Defining Shaders

Shaders let you visually highlight functions and component in your model based on their properties

There are 2 types of shaders.

  • Property shader – allows you to apply a specific colour for a given key/value pair, e.g. Domain=Ordering should be green, and Domain=Finance should be blue.
  • Gradient shader (or Heatmap shaders) – are based on numeric properties, and allow you define the start and end colour for a numeric property. All you need to do is define colours to be used along a range from 0 to 1, and AIM will do an interpolation to use the correct colour to use.

Property Shader example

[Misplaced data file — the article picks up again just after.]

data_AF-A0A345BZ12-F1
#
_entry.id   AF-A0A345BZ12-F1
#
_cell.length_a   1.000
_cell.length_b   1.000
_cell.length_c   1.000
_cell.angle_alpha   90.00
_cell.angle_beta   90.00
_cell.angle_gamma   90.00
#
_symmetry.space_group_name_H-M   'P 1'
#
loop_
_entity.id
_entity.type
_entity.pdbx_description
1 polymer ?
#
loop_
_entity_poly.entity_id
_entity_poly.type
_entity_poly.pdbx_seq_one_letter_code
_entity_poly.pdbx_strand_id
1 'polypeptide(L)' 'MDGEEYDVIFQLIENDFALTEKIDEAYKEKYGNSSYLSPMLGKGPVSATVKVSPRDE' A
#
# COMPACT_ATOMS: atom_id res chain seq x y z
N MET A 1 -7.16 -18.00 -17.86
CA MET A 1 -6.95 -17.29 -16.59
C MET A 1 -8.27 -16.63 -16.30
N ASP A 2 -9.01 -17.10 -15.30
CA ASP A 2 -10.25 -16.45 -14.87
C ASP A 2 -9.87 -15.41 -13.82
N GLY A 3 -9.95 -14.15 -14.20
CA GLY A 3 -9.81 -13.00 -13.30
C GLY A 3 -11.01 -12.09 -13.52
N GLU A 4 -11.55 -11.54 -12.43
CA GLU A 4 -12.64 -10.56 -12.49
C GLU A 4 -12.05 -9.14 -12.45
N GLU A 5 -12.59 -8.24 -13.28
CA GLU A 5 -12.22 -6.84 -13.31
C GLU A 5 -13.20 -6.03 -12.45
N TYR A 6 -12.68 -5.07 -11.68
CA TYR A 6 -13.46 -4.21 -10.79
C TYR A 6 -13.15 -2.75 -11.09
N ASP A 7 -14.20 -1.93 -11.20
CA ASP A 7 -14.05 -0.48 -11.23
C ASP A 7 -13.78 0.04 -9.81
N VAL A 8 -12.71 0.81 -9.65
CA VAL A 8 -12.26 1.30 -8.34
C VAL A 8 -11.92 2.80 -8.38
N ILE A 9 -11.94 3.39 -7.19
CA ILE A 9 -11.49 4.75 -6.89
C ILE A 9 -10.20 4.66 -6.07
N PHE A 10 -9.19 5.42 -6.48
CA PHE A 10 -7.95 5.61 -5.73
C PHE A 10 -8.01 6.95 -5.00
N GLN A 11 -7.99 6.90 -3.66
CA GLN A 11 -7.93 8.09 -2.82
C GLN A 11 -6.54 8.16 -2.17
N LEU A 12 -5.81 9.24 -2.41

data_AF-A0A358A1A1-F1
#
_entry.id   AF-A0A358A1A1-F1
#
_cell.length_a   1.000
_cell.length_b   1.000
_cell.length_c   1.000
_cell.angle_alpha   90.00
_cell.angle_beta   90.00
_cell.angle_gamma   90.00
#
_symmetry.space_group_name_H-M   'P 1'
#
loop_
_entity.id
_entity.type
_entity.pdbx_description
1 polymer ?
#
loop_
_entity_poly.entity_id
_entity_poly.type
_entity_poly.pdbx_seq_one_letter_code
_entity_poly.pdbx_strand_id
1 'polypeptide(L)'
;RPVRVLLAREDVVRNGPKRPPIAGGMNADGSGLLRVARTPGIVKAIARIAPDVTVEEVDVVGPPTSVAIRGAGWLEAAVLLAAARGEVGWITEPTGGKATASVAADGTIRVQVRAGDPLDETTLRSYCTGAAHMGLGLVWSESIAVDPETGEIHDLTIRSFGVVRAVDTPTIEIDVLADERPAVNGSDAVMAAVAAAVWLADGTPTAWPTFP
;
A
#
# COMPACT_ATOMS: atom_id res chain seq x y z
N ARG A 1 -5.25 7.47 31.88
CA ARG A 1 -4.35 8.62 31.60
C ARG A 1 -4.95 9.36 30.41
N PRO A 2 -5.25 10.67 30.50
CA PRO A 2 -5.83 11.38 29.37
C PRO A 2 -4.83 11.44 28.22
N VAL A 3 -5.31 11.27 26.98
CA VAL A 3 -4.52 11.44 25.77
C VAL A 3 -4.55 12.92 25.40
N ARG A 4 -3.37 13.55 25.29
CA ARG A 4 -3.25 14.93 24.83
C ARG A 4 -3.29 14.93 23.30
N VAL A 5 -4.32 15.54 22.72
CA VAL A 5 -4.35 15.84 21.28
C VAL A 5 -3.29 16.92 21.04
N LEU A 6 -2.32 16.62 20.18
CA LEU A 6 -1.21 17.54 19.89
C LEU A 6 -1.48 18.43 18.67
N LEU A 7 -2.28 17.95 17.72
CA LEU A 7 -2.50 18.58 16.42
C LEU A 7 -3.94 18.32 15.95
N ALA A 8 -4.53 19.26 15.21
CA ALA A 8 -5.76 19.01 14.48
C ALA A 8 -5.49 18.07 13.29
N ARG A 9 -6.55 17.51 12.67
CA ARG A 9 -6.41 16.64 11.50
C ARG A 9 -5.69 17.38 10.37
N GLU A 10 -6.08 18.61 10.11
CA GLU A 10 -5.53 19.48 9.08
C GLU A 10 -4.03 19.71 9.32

In this example the 4 functions coloured green all have a property of Domain=Ordering.

You can have any number of elements in your shader.

Gradient Shader example

A gradient shader take a list of decimals between 0 and 1, each with an associated colour, and interpolates a colour to apply to each model element.

This type of shader is useful for heatmapping your model.

In this example below the shader is based on the ‘OPEX’ property.


  • Ship Supplies has a value of 100
  • Receive Supplies has a value of 130
  • Create Purchase Request has a value of 300

Since Ship Supplies has the lowest value it gets assigned green.

Since Create Purchase Request has the highest value is gets assigned red.

Receive Supplies gets a colour calculated from the gradient. Since 130 is closer to 100 than 300, it gets assigned a slightly darker green.

You can have any number of decimals from 0 to 1 inclusive in the gradient definition.